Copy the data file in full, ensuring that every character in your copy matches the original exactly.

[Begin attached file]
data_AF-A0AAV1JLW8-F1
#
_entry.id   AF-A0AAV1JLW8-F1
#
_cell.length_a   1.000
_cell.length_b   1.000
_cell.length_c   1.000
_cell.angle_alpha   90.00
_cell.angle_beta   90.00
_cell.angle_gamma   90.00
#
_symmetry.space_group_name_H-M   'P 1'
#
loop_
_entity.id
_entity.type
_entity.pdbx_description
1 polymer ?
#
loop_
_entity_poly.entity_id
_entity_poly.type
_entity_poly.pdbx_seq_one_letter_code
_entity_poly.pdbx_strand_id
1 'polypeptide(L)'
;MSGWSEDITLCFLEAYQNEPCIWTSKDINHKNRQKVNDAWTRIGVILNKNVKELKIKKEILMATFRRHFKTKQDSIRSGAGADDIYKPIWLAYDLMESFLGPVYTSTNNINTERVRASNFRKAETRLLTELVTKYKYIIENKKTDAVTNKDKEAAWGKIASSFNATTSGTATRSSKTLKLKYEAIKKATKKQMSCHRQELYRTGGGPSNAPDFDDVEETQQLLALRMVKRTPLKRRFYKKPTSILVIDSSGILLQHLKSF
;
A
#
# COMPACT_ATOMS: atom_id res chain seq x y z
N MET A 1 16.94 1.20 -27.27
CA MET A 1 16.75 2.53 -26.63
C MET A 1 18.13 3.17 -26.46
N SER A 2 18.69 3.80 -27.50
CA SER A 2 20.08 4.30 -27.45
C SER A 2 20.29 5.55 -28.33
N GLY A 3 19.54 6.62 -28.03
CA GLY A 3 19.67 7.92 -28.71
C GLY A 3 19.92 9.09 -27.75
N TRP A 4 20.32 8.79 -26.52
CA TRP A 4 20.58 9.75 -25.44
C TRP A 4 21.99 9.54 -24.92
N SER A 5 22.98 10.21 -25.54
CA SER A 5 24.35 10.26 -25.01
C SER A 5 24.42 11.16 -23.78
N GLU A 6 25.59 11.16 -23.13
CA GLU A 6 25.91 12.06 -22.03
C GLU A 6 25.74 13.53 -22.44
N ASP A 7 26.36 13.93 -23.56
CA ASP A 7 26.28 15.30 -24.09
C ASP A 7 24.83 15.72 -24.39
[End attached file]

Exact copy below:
data_AF-A0AAV1JLW8-F1
#
_entry.id   AF-A0AAV1JLW8-F1
#
_cell.length_a   1.000
_cell.length_b   1.000
_cell.length_c   1.000
_cell.angle_alpha   90.00
_cell.angle_beta   90.00
_cell.angle_gamma   90.00
#
_symmetry.space_group_name_H-M   'P 1'
#
loop_
_entity.id
_entity.type
_entity.pdbx_description
1 polymer ?
#
loop_
_entity_poly.entity_id
_entity_poly.type
_entity_poly.pdbx_seq_one_letter_code
_entity_poly.pdbx_strand_id
1 'polypeptide(L)'
;MSGWSEDITLCFLEAYQNEPCIWTSKDINHKNRQKVNDAWTRIGVILNKNVKELKIKKEILMATFRRHFKTKQDSIRSGAGADDIYKPIWLAYDLMESFLGPVYTSTNNINTERVRASNFRKAETRLLTELVTKYKYIIENKKTDAVTNKDKEAAWGKIASSFNATTSGTATRSSKTLKLKYEAIKKATKKQMSCHRQELYRTGGGPSNAPDFDDVEETQQLLALRMVKRTPLKRRFYKKPTSILVIDSSGILLQHLKSF
;
A
#
# COMPACT_ATOMS: atom_id res chain seq x y z
N MET A 1 16.94 1.20 -27.27
CA MET A 1 16.75 2.53 -26.63
C MET A 1 18.13 3.17 -26.46
N SER A 2 18.69 3.80 -27.50
CA SER A 2 20.08 4.30 -27.45
C SER A 2 20.29 5.55 -28.33
N GLY A 3 19.54 6.62 -28.03
CA GLY A 3 19.67 7.92 -28.71
C GLY A 3 19.92 9.09 -27.75
N TRP A 4 20.32 8.79 -26.52
CA TRP A 4 20.58 9.75 -25.44
C TRP A 4 21.99 9.54 -24.92
N SER A 5 22.98 10.21 -25.54
CA SER A 5 24.35 10.26 -25.01
C SER A 5 24.42 11.16 -23.78
N GLU A 6 25.59 11.16 -23.13
CA GLU A 6 25.91 12.06 -22.03
C GLU A 6 25.74 13.53 -22.44
N ASP A 7 26.36 13.93 -23.56
CA ASP A 7 26.28 15.30 -24.09
C ASP A 7 24.83 15.72 -24.39